Pan full movie review - One of those untold origin stories that should have been left untold
To get one thing straight, there is no pleasure taken panning this film. Being someone who has liked some of Joe Wright's previous work (especially 'Pride and Prejudice', 'Atonement' and 'Hanna'), who likes Hugh Jackman and adores the source material that 'Pan takes inspiration from.
Although it is not a film without redeeming merits, 'Pan' was hugely disappointing. It starts promisingly but then stumbles downhill once we get to Neverland and apart from the odd bright spot doesn't properly get back up again. As an origin story inspired by J.M. Barrie's magnificent story with its complex themes and rich characters, to say that it disrespects the source material is being kind to the word disrespect. But it is very underwhelming on its own merits too, while 'Anna Karenina' didn't do much for me 'Pan' is the one time where Joe Wright has come close to hitting rock bottom.
'Pan' starts off really promisingly, with a real sense of threat and false security. A lot of effort went into the production values, and there are frequent points where it does show, especially in the visually dazzling scene where the children are stolen, the whole film is exquisitely photographed, the set design is very colourful and eye-poppingly vivid with a wondrous-looking Neverland and lavish costumes apart from the ridiculously gaudy ones for the Indians. The incidental score has the right amount of whimsy and rousing energy. There is one good performance, that of Hugh Jackman who is clearly enjoying himself with glee as campy, energetic but sinister Blackbeard.
Not all the visuals work. There are so many special effects that it does start feeling too much and making the spectacle take over the story. Apart from the ships, the scene where the children are stolen and to a lesser extent the translucent mermaids, the effects are less than special, very amateurish-looking digital doubles, skeleton birds that look worse than a low budget video game from 15-20 years ago and very over-sized crocodiles that make them seem more goofy than threatening. Equally, there is a lot of spectacle, but they are very mixed when it comes to execution. Sometimes the spectacle dazzles, but at other times they're little more than nauseating kitsch. It does seem that all Wright's efforts went into the visuals and spectacle but he completely forgets telling a story and making the characters interesting, for Wright this is pretty inept.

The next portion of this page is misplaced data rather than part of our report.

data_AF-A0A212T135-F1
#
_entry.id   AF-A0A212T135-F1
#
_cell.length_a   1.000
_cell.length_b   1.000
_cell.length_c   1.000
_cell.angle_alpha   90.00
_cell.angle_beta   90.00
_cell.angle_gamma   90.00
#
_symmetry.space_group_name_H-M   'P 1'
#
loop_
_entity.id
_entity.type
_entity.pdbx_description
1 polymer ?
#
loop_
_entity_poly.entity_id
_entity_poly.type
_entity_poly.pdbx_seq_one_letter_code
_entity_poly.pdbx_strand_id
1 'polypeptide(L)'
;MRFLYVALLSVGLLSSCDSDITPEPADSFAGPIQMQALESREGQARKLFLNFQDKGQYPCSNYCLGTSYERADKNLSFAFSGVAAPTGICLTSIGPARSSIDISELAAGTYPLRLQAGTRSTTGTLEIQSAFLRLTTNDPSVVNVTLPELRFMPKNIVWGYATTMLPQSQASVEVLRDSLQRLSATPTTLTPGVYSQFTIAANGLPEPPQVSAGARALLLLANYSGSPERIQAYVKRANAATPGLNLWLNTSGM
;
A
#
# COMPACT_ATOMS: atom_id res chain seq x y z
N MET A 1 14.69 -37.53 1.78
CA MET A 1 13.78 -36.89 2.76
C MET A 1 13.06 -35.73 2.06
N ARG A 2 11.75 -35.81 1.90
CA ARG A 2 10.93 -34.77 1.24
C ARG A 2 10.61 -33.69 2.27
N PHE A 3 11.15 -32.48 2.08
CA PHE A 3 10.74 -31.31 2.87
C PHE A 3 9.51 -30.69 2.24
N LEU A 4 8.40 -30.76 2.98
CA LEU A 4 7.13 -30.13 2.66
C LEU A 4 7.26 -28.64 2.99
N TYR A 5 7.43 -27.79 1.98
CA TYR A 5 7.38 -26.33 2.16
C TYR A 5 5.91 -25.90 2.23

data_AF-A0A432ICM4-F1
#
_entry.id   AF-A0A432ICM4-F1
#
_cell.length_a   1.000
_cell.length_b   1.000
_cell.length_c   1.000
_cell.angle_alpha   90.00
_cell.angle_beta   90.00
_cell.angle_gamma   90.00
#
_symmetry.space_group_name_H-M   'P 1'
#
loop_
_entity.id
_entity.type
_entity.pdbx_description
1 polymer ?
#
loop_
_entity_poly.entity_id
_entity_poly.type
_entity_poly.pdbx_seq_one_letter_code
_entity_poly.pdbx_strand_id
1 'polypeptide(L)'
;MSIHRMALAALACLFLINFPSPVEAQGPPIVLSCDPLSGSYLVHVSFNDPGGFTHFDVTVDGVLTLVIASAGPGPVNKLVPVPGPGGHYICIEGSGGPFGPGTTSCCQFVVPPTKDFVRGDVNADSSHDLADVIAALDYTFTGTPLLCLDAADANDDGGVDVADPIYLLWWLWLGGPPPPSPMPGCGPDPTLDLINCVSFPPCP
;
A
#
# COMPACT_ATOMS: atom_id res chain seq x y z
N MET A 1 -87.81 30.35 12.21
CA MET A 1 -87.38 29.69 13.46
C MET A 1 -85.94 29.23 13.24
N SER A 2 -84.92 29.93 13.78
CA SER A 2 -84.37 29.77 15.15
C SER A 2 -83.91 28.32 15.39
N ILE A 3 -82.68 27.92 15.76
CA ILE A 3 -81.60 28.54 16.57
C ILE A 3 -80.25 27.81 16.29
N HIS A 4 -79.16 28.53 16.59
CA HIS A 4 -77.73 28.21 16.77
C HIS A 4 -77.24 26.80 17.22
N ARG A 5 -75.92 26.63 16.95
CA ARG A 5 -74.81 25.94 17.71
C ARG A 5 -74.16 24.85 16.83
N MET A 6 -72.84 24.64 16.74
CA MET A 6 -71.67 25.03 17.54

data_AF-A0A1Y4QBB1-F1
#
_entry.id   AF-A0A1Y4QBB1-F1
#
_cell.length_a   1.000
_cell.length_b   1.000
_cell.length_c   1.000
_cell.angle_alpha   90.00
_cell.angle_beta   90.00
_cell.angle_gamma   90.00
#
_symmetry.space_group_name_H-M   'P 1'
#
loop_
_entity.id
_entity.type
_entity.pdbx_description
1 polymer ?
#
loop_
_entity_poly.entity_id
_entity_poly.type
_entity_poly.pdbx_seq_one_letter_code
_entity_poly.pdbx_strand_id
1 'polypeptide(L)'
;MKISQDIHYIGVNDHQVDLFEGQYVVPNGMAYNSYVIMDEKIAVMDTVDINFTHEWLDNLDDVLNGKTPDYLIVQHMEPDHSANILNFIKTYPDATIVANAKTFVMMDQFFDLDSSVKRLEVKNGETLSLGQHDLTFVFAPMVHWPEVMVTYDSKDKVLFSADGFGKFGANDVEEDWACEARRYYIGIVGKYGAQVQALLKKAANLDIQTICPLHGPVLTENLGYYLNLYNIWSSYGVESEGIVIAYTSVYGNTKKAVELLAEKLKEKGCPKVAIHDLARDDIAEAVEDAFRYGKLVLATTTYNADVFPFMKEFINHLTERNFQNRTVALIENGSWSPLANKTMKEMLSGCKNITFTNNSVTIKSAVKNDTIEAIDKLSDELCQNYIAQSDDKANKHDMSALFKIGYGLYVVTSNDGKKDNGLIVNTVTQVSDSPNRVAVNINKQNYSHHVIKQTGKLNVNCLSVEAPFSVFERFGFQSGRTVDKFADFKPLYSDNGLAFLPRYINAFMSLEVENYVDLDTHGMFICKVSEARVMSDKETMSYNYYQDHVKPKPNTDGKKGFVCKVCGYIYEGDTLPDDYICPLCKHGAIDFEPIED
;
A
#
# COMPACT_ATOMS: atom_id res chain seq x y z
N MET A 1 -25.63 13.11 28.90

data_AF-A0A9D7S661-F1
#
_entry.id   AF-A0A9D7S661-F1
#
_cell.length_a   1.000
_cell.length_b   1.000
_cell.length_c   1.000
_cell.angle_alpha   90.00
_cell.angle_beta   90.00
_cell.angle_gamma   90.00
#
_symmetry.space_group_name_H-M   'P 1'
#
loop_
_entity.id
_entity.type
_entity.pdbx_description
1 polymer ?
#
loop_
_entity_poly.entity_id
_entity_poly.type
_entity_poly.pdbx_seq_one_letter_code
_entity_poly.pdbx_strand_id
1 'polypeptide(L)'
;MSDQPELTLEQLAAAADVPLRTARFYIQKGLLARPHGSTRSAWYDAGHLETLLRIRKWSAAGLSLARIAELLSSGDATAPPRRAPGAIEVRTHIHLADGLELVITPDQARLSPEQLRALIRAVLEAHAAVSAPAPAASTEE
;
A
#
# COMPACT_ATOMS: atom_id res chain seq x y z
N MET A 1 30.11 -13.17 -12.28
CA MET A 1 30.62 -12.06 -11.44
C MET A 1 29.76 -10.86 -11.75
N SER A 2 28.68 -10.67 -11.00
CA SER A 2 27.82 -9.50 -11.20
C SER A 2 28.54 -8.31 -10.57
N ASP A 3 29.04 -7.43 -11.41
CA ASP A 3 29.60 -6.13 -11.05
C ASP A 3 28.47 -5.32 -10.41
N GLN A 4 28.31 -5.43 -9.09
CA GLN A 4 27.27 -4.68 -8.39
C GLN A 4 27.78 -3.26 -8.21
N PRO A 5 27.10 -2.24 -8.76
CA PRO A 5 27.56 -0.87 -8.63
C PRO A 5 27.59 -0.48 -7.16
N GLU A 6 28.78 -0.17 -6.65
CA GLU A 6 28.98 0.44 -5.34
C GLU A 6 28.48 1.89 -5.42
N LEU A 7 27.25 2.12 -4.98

Apart from Jackman, the rest of the cast struggle. Well actually Nonso Anoozie is pretty good, just that his screen time isn't enough to shine. Amanda Seyfried is suitably compassionate, but again very little to do. Levi Miller does do his best as Peter, he's suitably perky, has charisma and is cute as a button, but his character doesn't ever really go anywhere and he doesn't give as much charm and emotion as he should have done, Peter's trademark mischievous side is more cocky and desperate. Garrett Hedlund overacts dreadfully as a wannabe Indianna Jones/Han Solo and Brendan Fraser-esque-hero sort of Hook, constantly speaking in a way that seems to impersonate James Stewart and John Huston and very poorly, that he becomes very annoying with no foreshadowing whatsoever of the dark and complex character Hook as we know him would become. In a controversial piece of casting, Rooney Mara looks completely bored and miserable. Cara Delevigne is a pretty pallid presence though is disadvantaged by throwaway writing, and Adeel Akhtar gives a performance so stereotypical it might cause offence. None of the characters are interesting or colourful enough, although Jackman gives it everything even he can't disguise that Blackbeard's motivations and such are paper thin.
On top of the spectacle, 'Pan' also includes musical numbers. These musical numbers manage to be even more memorable than the incidental score, and that is not a good thing. Although spiritedly performed, they are not only jarringly anachronistic in style, but they are also out of place, too randomly thrown in and almost like Wright was trying to be a wannabe Baz Luhrmann, which doesn't suit Wright at all (was taken right out of the film once the characters started singing Nirvana). The script is also prone to anachronisms and often sounds completely stupid and too heavy in the cheese and schmaltz factor. There isn't really much of a story, and what there is of it is executed poorly with very little new to say, most of it not even trying to make sense to the point of being incomprehensible. There are some good ideas here but they are badly rushed through, the whole children as slaves idea was the one strand that was properly elaborated upon and had some emotional impact of some kind. Consequently, the whole point of the story is completely lost in translation, and not only was the whole Peter and Hook as friends poorly developed, plus they didn't seem believable as friends (Peter seemed as annoyed with Hook as much as those watching the film were), but there is next to no foreshadowing of them as enemies either which would have made Hook much more interesting. Most of the story is basically an excuse to include as many set pieces and musical numbers as possible, regardless of whether they were important and of good-quality or not.
Overall, a big disappointment. A few good things here and there, but this "untold" story should have stayed untold. 3/10 Bethany Cox